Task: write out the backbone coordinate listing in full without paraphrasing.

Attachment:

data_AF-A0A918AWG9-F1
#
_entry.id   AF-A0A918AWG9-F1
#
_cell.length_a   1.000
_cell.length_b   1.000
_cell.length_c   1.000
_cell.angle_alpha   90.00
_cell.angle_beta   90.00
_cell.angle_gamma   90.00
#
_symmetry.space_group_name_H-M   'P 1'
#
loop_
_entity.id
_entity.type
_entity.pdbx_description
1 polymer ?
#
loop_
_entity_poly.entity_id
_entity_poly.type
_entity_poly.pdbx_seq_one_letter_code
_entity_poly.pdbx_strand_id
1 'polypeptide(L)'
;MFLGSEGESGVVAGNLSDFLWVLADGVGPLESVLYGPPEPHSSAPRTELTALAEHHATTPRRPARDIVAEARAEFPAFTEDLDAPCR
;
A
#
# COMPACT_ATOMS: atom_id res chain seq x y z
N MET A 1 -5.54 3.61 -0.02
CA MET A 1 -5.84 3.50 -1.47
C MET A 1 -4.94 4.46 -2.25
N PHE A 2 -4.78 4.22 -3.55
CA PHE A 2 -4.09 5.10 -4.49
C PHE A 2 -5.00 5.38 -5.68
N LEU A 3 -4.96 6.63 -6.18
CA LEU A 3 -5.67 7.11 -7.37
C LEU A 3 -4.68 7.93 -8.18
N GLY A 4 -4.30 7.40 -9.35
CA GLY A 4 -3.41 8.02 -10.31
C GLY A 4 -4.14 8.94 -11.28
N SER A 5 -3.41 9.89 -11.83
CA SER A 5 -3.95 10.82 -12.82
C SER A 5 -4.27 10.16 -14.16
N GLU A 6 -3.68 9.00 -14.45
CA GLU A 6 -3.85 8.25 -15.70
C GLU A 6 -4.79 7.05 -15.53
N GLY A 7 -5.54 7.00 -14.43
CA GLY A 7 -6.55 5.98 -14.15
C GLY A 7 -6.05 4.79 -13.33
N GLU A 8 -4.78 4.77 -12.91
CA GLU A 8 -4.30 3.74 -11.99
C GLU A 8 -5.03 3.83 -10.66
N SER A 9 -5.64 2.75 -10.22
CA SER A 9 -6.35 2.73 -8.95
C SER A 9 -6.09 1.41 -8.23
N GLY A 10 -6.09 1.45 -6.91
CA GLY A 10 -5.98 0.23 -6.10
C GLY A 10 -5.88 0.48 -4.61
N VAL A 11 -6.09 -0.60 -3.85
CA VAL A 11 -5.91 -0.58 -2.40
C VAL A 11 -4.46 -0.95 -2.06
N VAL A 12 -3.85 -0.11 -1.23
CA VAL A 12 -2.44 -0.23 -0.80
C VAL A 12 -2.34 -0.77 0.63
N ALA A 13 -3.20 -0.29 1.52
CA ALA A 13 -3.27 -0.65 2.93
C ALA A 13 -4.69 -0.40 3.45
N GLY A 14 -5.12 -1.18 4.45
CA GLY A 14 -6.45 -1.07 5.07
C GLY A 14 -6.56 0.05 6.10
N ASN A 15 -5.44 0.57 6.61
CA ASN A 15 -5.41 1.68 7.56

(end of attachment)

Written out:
data_AF-A0A918AWG9-F1
#
_entry.id   AF-A0A918AWG9-F1
#
_cell.length_a   1.000
_cell.length_b   1.000
_cell.length_c   1.000
_cell.angle_alpha   90.00
_cell.angle_beta   90.00
_cell.angle_gamma   90.00
#
_symmetry.space_group_name_H-M   'P 1'
#
loop_
_entity.id
_entity.type
_entity.pdbx_description
1 polymer ?
#
loop_
_entity_poly.entity_id
_entity_poly.type
_entity_poly.pdbx_seq_one_letter_code
_entity_poly.pdbx_strand_id
1 'polypeptide(L)'
;MFLGSEGESGVVAGNLSDFLWVLADGVGPLESVLYGPPEPHSSAPRTELTALAEHHATTPRRPARDIVAEARAEFPAFTEDLDAPCR
;
A
#
# COMPACT_ATOMS: atom_id res chain seq x y z
N MET A 1 -5.54 3.61 -0.02
CA MET A 1 -5.84 3.50 -1.47
C MET A 1 -4.94 4.46 -2.25
N PHE A 2 -4.78 4.22 -3.55
CA PHE A 2 -4.09 5.10 -4.49
C PHE A 2 -5.00 5.38 -5.68
N LEU A 3 -4.96 6.63 -6.18
CA LEU A 3 -5.67 7.11 -7.37
C LEU A 3 -4.68 7.93 -8.18
N GLY A 4 -4.30 7.40 -9.35
CA GLY A 4 -3.41 8.02 -10.31
C GLY A 4 -4.14 8.94 -11.28
N SER A 5 -3.41 9.89 -11.83
CA SER A 5 -3.95 10.82 -12.82
C SER A 5 -4.27 10.16 -14.16
N GLU A 6 -3.68 9.00 -14.45
CA GLU A 6 -3.85 8.25 -15.70
C GLU A 6 -4.79 7.05 -15.53
N GLY A 7 -5.54 7.00 -14.43
CA GLY A 7 -6.55 5.98 -14.15
C GLY A 7 -6.05 4.79 -13.33
N GLU A 8 -4.78 4.77 -12.91
CA GLU A 8 -4.30 3.74 -11.99
C GLU A 8 -5.03 3.83 -10.66
N SER A 9 -5.64 2.75 -10.22
CA SER A 9 -6.35 2.73 -8.95
C SER A 9 -6.09 1.41 -8.23
N GLY A 10 -6.09 1.45 -6.91
CA GLY A 10 -5.98 0.23 -6.10
C GLY A 10 -5.88 0.48 -4.61
N VAL A 11 -6.09 -0.60 -3.85
CA VAL A 11 -5.91 -0.58 -2.40
C VAL A 11 -4.46 -0.95 -2.06
N VAL A 12 -3.85 -0.11 -1.23
CA VAL A 12 -2.44 -0.23 -0.80
C VAL A 12 -2.34 -0.77 0.63
N ALA A 13 -3.20 -0.29 1.52
CA ALA A 13 -3.27 -0.65 2.93
C ALA A 13 -4.69 -0.40 3.45
N GLY A 14 -5.12 -1.18 4.45
CA GLY A 14 -6.45 -1.07 5.07
C GLY A 14 -6.56 0.05 6.10
N ASN A 15 -5.44 0.57 6.61
CA ASN A 15 -5.41 1.68 7.56